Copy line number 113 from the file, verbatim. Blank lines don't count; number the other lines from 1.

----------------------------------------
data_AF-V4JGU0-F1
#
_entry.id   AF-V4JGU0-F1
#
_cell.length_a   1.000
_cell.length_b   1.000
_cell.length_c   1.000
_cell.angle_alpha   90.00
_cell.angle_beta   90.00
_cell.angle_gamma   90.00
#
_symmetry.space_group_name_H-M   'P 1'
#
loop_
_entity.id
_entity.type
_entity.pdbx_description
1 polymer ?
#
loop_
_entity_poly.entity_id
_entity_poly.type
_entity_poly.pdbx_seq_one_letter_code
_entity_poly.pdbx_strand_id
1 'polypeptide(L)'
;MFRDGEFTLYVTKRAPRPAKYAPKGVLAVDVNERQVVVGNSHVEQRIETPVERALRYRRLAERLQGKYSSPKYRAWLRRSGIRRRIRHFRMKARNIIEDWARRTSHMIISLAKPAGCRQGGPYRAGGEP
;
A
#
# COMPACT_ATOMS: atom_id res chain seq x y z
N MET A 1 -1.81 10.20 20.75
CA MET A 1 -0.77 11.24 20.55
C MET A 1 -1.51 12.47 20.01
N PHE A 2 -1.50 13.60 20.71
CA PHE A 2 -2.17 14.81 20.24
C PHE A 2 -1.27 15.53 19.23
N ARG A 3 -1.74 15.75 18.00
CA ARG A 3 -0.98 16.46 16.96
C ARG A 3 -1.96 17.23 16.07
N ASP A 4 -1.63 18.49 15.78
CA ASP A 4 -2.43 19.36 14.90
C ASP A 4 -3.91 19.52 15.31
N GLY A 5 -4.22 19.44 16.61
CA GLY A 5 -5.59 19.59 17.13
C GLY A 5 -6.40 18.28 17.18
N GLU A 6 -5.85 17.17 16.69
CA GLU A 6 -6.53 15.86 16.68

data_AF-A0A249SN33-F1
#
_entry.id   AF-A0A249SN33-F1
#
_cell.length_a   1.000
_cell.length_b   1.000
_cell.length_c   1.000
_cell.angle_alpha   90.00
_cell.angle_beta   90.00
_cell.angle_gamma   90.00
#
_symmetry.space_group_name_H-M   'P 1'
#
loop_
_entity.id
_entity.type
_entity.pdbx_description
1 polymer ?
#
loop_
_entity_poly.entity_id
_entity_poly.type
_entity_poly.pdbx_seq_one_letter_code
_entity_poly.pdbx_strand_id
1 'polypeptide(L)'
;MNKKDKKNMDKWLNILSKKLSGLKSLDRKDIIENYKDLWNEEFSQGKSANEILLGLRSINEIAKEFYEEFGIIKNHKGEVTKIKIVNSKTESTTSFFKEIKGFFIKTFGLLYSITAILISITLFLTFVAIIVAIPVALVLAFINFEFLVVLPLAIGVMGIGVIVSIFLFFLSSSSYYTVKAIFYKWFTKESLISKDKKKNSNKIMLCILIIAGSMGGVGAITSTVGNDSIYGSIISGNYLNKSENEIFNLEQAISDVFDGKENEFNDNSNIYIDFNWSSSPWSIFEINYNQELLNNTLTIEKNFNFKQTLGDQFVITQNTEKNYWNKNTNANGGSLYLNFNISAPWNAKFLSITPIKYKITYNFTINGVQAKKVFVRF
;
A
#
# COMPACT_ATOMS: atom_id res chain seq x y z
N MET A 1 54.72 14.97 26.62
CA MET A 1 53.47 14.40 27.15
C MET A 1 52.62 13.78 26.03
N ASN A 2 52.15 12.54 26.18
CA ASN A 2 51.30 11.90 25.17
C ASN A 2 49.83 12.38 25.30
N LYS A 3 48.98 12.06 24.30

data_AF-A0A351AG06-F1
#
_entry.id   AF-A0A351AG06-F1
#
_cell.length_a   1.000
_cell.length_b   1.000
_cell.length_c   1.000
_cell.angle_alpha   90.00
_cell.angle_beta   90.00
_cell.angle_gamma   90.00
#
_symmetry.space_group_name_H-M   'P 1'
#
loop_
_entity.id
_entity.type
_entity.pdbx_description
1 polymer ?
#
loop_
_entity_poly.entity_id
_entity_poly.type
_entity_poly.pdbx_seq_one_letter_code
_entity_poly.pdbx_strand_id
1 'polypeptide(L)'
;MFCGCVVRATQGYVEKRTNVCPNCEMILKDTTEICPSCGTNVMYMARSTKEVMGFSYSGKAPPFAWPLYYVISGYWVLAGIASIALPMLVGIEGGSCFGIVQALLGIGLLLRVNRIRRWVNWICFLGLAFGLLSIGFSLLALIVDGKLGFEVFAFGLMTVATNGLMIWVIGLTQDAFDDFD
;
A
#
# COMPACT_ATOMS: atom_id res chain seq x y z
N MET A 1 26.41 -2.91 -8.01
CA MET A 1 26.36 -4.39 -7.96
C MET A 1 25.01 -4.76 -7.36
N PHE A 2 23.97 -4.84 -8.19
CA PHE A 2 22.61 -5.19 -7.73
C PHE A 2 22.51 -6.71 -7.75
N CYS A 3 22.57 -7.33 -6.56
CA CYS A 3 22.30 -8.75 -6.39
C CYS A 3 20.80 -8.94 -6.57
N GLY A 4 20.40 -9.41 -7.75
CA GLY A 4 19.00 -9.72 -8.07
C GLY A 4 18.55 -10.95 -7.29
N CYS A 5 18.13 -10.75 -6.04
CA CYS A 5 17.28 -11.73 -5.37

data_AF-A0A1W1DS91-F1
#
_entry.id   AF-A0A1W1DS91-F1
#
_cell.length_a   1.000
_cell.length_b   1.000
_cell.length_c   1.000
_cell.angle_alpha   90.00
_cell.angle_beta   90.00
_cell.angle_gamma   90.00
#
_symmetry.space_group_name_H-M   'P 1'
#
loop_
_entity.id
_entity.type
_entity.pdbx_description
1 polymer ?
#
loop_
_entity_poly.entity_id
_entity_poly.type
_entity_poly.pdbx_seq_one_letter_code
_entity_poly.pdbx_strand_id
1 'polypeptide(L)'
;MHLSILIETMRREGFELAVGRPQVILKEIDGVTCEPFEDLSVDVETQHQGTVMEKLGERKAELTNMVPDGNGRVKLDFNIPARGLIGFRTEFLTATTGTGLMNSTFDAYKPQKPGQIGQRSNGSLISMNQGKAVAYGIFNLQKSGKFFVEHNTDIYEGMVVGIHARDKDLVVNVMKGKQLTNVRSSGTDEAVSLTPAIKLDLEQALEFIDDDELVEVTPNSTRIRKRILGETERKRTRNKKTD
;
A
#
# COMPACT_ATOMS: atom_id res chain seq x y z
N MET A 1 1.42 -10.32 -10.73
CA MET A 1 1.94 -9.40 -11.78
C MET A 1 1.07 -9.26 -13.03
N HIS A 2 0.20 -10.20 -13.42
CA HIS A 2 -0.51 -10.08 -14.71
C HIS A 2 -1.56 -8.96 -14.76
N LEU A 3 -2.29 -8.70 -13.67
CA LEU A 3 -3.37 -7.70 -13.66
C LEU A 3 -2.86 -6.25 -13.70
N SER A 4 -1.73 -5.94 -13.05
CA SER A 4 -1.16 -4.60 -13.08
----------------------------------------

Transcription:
#